A federal judge refused a request by the manufacturer of Ryobi table saws to toss out a jury verdict that awarded $27,000 to plaintiff William Anderson, who argued that the lack of blade-stopping technology is a design defect.
Pender said Bosch's “proposed construction improperly narrows the scope of the claims by importing limitations from the embodiments disclosed in the specification into the claims.” In other words, the judge ruled normal industry understandings of terminology should be used in explaining the case.
In effect, the ruling means that words used to explain the patents in dispute will be interpreted as a worker in a typical manufacturing operation might understand them, and not, as Bosch's lawyers asked, the “plain English meaning” of the words - an advantage to SawStop's case, according to analysts Eric Schweibenz and Tom Yebernetsky at IT337 LawBlog.com.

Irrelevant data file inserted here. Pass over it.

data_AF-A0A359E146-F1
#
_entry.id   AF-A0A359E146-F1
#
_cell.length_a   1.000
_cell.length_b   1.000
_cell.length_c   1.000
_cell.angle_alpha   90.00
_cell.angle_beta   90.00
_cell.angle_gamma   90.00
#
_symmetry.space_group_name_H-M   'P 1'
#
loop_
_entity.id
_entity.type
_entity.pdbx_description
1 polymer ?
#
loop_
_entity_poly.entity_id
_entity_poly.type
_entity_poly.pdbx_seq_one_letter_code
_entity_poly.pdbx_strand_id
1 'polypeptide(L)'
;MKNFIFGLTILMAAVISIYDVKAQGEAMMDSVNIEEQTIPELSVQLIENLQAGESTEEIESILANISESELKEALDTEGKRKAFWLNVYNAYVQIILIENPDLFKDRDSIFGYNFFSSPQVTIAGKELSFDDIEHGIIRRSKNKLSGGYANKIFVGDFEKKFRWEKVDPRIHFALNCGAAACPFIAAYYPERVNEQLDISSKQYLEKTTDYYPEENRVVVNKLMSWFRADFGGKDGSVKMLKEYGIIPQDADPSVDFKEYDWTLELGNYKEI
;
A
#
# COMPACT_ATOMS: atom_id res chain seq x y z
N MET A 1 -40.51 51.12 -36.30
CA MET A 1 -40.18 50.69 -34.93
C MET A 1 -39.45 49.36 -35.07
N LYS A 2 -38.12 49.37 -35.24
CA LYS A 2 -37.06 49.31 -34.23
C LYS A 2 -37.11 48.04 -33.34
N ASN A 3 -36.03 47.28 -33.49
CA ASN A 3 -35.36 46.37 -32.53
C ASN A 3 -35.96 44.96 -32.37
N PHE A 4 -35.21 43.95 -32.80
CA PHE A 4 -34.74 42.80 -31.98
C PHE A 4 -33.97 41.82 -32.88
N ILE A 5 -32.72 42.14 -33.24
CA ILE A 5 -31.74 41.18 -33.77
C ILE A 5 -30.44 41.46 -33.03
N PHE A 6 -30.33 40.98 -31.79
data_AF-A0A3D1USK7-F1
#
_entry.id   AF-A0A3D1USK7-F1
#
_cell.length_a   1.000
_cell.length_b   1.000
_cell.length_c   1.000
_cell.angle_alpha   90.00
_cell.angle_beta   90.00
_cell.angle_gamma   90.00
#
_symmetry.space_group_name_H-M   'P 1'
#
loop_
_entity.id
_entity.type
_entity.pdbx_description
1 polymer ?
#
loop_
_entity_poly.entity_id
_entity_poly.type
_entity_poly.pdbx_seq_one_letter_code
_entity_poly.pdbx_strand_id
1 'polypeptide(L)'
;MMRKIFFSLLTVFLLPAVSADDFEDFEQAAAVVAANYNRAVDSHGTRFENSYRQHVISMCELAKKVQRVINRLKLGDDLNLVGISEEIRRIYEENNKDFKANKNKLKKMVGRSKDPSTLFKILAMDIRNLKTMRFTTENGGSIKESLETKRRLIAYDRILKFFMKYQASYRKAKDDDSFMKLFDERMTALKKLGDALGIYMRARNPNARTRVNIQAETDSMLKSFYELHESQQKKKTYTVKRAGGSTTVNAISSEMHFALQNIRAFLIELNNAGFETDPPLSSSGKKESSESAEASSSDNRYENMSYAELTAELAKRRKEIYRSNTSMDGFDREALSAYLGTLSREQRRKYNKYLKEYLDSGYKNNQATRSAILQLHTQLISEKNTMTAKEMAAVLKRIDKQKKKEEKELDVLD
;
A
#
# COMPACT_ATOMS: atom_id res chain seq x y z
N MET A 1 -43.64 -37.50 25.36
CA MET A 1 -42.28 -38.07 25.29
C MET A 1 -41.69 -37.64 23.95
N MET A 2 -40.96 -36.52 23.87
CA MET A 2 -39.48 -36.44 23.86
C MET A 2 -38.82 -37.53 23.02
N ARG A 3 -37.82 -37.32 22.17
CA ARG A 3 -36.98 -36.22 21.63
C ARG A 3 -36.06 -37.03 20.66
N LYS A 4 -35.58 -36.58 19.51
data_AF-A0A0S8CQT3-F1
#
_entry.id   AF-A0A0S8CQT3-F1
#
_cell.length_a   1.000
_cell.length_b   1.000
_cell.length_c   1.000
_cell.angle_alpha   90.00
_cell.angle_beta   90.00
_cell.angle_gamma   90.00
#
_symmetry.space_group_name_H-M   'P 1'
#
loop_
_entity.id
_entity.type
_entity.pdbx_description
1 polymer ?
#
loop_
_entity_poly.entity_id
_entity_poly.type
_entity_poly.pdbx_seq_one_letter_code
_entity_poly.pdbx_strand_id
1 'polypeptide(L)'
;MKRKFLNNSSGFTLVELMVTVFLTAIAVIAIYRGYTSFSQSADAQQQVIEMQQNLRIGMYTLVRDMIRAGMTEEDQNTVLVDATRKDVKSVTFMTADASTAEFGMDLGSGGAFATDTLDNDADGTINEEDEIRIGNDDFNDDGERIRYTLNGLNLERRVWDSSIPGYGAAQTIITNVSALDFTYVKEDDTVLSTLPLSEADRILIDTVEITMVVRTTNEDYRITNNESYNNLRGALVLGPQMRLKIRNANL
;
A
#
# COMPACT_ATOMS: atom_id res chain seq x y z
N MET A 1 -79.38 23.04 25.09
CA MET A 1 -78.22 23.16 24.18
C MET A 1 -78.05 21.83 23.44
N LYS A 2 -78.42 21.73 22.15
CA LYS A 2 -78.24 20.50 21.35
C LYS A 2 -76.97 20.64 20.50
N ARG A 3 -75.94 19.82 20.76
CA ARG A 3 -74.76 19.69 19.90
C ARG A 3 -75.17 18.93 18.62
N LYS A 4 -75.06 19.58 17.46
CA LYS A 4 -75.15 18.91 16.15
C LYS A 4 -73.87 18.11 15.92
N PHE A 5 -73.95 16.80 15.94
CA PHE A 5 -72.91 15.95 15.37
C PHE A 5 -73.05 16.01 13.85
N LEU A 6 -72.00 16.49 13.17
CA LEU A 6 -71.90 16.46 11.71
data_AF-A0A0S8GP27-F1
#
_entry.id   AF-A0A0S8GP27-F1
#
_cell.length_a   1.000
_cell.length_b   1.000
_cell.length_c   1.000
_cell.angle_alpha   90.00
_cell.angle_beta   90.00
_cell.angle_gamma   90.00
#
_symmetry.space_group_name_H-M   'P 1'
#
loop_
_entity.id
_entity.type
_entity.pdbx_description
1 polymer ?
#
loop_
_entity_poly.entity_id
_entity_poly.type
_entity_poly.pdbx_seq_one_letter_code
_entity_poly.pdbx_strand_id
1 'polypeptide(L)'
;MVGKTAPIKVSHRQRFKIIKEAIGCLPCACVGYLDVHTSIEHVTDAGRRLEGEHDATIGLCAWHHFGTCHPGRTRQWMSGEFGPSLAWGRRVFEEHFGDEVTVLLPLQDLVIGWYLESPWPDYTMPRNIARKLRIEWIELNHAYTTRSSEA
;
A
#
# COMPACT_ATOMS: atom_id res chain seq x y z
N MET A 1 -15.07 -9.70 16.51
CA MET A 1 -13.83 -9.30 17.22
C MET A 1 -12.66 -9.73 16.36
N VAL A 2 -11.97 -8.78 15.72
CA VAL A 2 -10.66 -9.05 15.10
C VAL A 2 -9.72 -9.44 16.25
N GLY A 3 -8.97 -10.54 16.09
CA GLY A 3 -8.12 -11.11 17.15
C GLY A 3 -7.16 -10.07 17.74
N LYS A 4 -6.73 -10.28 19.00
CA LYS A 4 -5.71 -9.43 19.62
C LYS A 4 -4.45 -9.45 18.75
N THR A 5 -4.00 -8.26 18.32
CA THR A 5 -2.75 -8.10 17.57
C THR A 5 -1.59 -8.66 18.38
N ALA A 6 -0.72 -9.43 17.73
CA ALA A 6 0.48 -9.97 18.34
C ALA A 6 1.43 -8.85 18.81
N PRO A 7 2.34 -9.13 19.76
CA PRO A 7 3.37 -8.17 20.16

IN THE SHOP
From the initial introduction of the SawStop flesh-sensing safety system, I’ve been impressed. But I was even more impressed when I started using the saw.
SawStop filed its complaints on July 15, 2015, at the U.S. International Trade Commission and the U.S. District Court in Oregon against Robert Bosch GmbH of Germany and its U.S. subsidiary Robert Bosch Tool Corporation. The ITC, which has been widely used by U.S. wood products manufacturers against Chinese furniture dumping, will issue a ruling on the case based on whether five patents SawStop has named are being violated by Bosch.
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